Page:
• Users Online: 129
  • Home
  • Print this page
  • Email this page
Home About us ASMR Conference Editorial board Search Ahead of print Current issue Archives Submit article Instructions Subscribe Contacts Login 
ORIGINAL ARTICLE
Year : 2013  |  Volume : 8  |  Issue : 1  |  Page : 19-25

Evaluation of laparoscopy in the management of abdominal emergencies


Department of Surgery, Faculty of Medicine, Al-Azhar University, Cairo, Egypt

Correspondence Address:
Mohammed S. Teamma
Department of Surgery, Faculty of Medicine, Al-Azhar University, 12553 Cairo
Egypt
Login to access the Email id

Source of Support: None, Conflict of Interest: None


Rights and PermissionsRights and Permissions

Background/Aim Laparoscopy has rapidly emerged as the preferred surgical approach for the management of abdominal emergencies. It allows for a correct diagnosis and proper treatment. The main aim of this study was to evaluate the role of laparoscopy as a major diagnostic and therapeutic tool for the management of patients with abdominal emergencies and to find a less invasive diagnostic approach. Methods Eighty patients with acute abdominal pain presented to the Department of surgery of Al-Azhar University (Bab El Shearia and Al Husein) hospitals during October 2009 to September 2011 were included in the study. They were divided into two groups: traumatic (40 patients) and nontraumatic (40 patients). Their ages ranged between 14 and 65 years (mean= 39.5 years); 49 patients were males and 31 patients were females. Complete clinical data were obtained. All patients underwent a routine preoperative workup. Laparoscopy was performed for all patients within 24 h of admission. The procedure was carried out under general anesthesia. Both open and closed pneumoperitoneum techniques were practiced. Results Diagnostic laparoscopy was beneficial in 79 patients (98.5%). Of them, 42 (52.5%) patients underwent successful therapeutic procedures with laparoscopy: 28 male patients (17 nontraumatic and 11 traumatic) and 14 female patients (12 nontraumatic and two traumatic). Conversion to therapeutic laparotomy was done for 12 patients (15%). In this study, the mean postoperative hospital stay after laparoscopy was 2.1 days and 4.55 days after laparotomy. Wound infections occurred in 2.5% of patients. Conclusion Early laparoscopic intervention for abdominal emergencies is as safe and effective as conventional surgery. It results in minor trauma, helps avoid extensive preoperative studies or delays in operative intervention, has a rapid postoperative recovery, and reduces morbidity. Such features make laparoscopy an attractive alternative to open surgery in the management of abdominal emergencies.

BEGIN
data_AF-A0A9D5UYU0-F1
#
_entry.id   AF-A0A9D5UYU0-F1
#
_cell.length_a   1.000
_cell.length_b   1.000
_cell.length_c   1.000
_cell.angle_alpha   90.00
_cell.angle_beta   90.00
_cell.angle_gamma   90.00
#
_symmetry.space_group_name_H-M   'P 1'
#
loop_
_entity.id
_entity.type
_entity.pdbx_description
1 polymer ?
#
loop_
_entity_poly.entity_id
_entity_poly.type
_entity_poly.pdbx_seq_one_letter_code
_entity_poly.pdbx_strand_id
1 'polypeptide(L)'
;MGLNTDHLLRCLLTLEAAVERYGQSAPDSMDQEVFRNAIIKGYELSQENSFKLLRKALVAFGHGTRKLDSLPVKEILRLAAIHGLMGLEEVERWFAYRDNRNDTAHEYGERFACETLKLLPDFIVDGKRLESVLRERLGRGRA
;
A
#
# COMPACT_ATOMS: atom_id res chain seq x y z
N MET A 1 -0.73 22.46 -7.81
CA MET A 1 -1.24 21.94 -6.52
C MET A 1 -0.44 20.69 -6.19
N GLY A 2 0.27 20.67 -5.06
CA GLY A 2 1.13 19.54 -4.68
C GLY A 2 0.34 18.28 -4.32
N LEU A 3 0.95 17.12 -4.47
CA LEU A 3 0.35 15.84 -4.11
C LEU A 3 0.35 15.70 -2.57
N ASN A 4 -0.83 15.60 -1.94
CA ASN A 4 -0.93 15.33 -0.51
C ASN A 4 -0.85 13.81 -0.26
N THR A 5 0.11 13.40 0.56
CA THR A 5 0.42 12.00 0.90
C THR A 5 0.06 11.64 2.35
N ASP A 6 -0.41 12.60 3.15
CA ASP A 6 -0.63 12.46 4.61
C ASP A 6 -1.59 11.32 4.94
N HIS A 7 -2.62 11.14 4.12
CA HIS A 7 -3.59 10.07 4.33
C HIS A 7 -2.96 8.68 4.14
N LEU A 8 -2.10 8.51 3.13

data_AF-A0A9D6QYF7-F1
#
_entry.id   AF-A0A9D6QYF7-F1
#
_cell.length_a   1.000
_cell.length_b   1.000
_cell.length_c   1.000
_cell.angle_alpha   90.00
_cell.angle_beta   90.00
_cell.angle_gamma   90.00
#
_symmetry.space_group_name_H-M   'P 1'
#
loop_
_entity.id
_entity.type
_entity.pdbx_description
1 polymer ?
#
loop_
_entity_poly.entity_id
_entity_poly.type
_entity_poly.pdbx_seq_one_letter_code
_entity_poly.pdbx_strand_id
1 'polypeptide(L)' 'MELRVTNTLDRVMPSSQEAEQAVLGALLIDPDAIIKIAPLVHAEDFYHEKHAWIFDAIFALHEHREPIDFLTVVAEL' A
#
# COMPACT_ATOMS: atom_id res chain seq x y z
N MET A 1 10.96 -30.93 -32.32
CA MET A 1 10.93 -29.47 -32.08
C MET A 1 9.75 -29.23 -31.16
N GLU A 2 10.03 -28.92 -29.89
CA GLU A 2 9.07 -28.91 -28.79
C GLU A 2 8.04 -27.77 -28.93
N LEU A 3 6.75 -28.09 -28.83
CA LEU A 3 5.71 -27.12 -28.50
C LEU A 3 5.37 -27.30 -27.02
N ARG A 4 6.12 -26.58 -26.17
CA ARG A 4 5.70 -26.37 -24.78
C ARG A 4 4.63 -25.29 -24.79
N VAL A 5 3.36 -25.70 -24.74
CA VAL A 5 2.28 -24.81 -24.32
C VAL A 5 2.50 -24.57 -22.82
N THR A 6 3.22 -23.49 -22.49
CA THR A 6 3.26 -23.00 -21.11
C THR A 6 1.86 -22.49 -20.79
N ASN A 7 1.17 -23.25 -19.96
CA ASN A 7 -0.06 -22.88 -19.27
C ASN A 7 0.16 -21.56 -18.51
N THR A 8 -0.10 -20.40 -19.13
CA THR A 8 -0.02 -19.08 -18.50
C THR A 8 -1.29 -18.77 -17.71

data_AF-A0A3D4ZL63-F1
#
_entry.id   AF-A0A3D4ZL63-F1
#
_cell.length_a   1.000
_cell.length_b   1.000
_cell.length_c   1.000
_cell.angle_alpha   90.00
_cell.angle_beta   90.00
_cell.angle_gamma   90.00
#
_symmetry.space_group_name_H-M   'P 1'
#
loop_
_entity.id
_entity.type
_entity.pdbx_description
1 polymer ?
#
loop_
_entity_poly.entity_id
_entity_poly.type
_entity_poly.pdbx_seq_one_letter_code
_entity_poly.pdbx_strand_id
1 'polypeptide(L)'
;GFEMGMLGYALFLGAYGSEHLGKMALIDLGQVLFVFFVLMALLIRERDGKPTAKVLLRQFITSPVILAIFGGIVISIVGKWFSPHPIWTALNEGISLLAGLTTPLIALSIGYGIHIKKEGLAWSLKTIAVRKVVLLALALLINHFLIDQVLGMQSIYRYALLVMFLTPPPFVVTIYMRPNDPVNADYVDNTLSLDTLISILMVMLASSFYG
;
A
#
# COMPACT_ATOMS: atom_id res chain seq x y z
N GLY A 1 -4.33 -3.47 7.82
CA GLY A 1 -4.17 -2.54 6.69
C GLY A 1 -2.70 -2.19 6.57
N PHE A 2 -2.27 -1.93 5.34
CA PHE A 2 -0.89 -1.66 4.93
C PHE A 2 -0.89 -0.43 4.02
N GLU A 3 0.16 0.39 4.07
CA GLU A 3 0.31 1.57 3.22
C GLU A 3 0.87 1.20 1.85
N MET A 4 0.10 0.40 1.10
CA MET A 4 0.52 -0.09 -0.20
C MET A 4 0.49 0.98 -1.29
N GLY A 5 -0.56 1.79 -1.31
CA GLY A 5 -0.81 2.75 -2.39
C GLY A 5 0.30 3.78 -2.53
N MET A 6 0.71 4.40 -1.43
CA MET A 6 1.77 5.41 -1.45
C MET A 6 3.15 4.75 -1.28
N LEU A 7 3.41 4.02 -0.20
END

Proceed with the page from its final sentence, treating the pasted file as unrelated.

[PDF]*
Print this article     Email this article
 Next article
 Previous article
 Table of Contents

 Similar in PUBMED
   Search Pubmed for
   Search in Google Scholar for
 Related articles
 Citation Manager
 Access Statistics
 Reader Comments
 Email Alert *
 Add to My List *
 * Requires registration (Free)
 

 Article Access Statistics
    Viewed529    
    Printed44    
    Emailed0    
    PDF Downloaded75    
    Comments [Add]    

Recommend this journal